It’s the perfect story with the highest of highs and lowest of lows. The stars include a highly touted baseball player from California that went to USC and made wore his country’s uniform in the Summer Olympic Games. On the other side, a skinny baseball player that grew up in poverty in Dominican Republic.
The two players were about as far different as they come. Mark McGwire bashed 49 home runs and took home American League Rookie of the Year honors in 1987. Sammy Sosa toiled in the minor leagues after being signed by the Texas Rangers in 1985 before making his debut in 1989. Sosa was sent to the Chicago White Sox for Harold Baines and a couple years later shipped to the northside of town for George Bell.
As Sosa was forming into a superstar in the mid-1990’s, McGwire was on the decline due to injuries. By 1998, Sosa was a superstar, and McGwire was back to his old form. And the two players were opponents in the same division. Among the biggest rivalries in baseball – Cubs vs. Cardinals.
Major League Baseball had suffered a loss of many fans after the strike shortened 1994 season. The summer of 1998 brought back many fans because of the home run chase between Sosa and McGwire. The goal was 61 and beyond. Roger Maris had broken Babe Ruth’s single-season home run record in 1961. It was a record that stood until September 1998 when McGwire launched home run #62…against the Chicago Cubs. McGwire went on to win the home run title that season with 70, while Sosa finished the year with 66 long balls.
Fast forward a few years later when Sosa’s shattered bat revealed it was corked. Further turmoil ensued the following year when he left a game at Wrigley Field early. His Cubs legacy when tarnished. Further, both Sosa and McGwire were named in various reports of using steroids during their playing careers.
McGwire was welcomed back to baseball in October 2009 when he was named hitting coach for the St. Louis Cardinals. Meanwhile, Sosa has stayed under the radar for the most part in recent years. To date, he has not been invited back to Wrigley Field or the Chicago Cubs.
When “Long Gone Summer” was announced earlier this year, I was excited. Like many others who had sworn off baseball in 1994, a perfect storm of events brought me back in 1998. On May 6, a 20-year old phenom named Kerry Wood tied the MLB record with 20 strikeouts in a game. And the Cubs were at or near the top of the National League Central standings. I couldn’t keep myself away any longer. After collecting basketball cards and professional wrestling magazines I began collecting baseball cards again when I discovered the 1998 Bowman set.
The documentary aired on Sunday night and it was appointment television. It brought back so many great memories from the summer of 1998. Now thinking back on that year, I could write a song titled, “Summer of ’98,” with apologies to Bryan Adams. I got my first car that year. It was a 1989 Pontiac Sunbird, and on June 6, I had all the freedom to drive away from my no-stoplight small town. Sammy Sosa and Mark McGwire, the Cubs/Cardinals rivalry was a perfect back drop to a summer of high school innocence.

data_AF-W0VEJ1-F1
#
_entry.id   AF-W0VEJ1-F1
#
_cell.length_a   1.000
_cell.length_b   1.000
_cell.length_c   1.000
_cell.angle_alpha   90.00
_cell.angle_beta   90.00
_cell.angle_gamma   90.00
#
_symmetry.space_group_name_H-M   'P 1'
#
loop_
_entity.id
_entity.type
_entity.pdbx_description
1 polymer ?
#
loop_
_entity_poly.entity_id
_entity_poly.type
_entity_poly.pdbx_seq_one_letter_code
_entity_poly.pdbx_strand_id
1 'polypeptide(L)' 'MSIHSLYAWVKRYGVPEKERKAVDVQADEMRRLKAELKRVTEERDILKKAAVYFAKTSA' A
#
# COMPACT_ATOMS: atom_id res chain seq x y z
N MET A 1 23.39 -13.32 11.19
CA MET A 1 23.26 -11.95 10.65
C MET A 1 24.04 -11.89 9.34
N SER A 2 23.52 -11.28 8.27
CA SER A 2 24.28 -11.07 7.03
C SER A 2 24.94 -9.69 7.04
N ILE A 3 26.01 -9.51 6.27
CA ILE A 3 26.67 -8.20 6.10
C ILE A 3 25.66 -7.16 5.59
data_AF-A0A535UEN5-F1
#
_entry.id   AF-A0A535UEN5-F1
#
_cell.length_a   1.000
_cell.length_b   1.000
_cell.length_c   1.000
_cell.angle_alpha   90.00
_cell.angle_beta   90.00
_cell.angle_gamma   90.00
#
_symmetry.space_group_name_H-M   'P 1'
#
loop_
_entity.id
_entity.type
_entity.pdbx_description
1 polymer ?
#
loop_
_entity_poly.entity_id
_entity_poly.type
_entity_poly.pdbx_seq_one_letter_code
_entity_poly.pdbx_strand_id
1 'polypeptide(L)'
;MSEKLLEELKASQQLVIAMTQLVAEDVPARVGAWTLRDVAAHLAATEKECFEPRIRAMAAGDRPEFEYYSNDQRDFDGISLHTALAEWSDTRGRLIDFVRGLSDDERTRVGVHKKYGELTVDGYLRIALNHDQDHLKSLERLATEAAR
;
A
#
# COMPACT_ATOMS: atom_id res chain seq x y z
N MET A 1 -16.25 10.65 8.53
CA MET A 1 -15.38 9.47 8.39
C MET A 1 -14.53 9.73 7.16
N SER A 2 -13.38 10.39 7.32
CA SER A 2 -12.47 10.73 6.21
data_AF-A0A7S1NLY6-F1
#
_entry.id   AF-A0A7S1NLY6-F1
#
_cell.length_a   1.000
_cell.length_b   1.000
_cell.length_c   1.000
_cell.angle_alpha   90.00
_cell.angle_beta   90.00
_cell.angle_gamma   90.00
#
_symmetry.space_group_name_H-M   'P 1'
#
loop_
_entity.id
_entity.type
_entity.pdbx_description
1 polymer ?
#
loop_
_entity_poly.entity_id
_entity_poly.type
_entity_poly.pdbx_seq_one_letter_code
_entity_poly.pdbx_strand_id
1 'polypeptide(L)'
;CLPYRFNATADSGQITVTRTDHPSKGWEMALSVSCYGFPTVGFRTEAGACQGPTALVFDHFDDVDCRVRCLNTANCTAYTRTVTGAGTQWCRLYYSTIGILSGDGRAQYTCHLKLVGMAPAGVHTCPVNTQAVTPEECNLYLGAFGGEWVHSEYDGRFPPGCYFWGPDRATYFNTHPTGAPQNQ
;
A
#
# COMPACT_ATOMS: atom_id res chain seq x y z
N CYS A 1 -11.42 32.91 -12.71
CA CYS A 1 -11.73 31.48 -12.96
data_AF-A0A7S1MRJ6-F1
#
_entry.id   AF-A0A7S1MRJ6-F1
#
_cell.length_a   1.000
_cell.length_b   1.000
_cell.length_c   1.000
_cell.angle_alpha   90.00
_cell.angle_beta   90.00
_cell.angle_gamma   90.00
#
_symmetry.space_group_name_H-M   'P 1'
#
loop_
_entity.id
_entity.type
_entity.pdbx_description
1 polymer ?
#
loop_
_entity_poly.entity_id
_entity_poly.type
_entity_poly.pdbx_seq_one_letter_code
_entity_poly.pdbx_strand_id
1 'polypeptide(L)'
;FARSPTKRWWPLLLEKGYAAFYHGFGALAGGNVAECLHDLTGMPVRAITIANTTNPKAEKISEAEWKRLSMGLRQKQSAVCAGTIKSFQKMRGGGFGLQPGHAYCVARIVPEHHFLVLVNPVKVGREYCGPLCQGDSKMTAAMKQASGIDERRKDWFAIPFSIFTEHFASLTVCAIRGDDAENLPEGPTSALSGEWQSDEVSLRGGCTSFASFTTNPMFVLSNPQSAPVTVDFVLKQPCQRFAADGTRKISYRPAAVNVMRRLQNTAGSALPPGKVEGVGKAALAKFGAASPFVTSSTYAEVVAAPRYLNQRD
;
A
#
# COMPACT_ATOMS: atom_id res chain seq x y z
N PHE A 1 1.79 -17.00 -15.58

With all these great memories rushing back…why was I disappointed in “Long Gone Summer?” There isn’t one reason, rather a few.
A Cardinals/McGwire Bias
This is just my Cubs bias showing, but the documentary was slanted to Mark McGwire. I get it. The filmmaker is a St. Louis Cardinals fan. Mark McGwire did break the record first, and ultimately became the single-season home run record holder (for a few seasons before Barry Bonds broke it with 73). To a lesser extent, McGwire did return to the game of baseball a decade ago as the Cardinals hitting coach, and has coached in the big leagues since his playing days. Once Sosa retired, he has pretty much stayed out of the game.
So, I get the Cardinals/McGwire bias, but I still don’t like it. Even former Cardinals manager Tony LaRussa mentioned in the doc that having Sosa around made McGwire much more entertaining in press conferences. The two big bashers were a tag team. If it was just McGwire running for the home run record it would not have been a chase. There would not have been scoreboard watching. It takes two to tango, and I wish there would have been a little more back story on the Cubs/Sosa side.
I have limited knowledge on what it takes to produce a documentary. However, I have a small bit of knowledge on TV production from doing freelance work doing TV play-by-play on a handful of games over the years. I have several friends that produce, so I’ve gleaned the basics from talking with them and listening.
As I watched “Long Gone Summer” I couldn’t help but notice clips of fans at Wrigley wearing Kris Bryant jerseys. They used current crowd shots for a documentary about a home run chase from 22 years ago. Maybe, the filmmakers didn’t have clearance to use enough footage from 1998, so they had to fill in the gaps. At any rate, it looks terrible.
Was It Rushed?
Piggy backing on the production value, after watching the two-hour doc it seemed rushed to me. The storyline just didn’t meld together like a good documentary should. Maybe after watching the 10-hour “Last Dance” I was spoiled. It didn’t go into Sosa detail as much as McGwire. Did the COVID-19 pandemic lead to a rushed finish to this documentary to gain more ratings? I don’t know, but that’s what it appears.
An Average Documentary
Not great, not terrible. “Long Gone Summer” was okay, average. Is it worth spending two hours to watch? Maybe, depending on what else you have going on. If you want some nostalgia, or if you’re a big Mark McGwire fan it’s worth a watch. If you’re a Cubs fan, it’s meh. I did enjoy it, and the fact I am down on it is probably because I have been looking forward to this documentary for several months since it was announced and had it on a pedestal. What did you think of “Long Gone Summer?”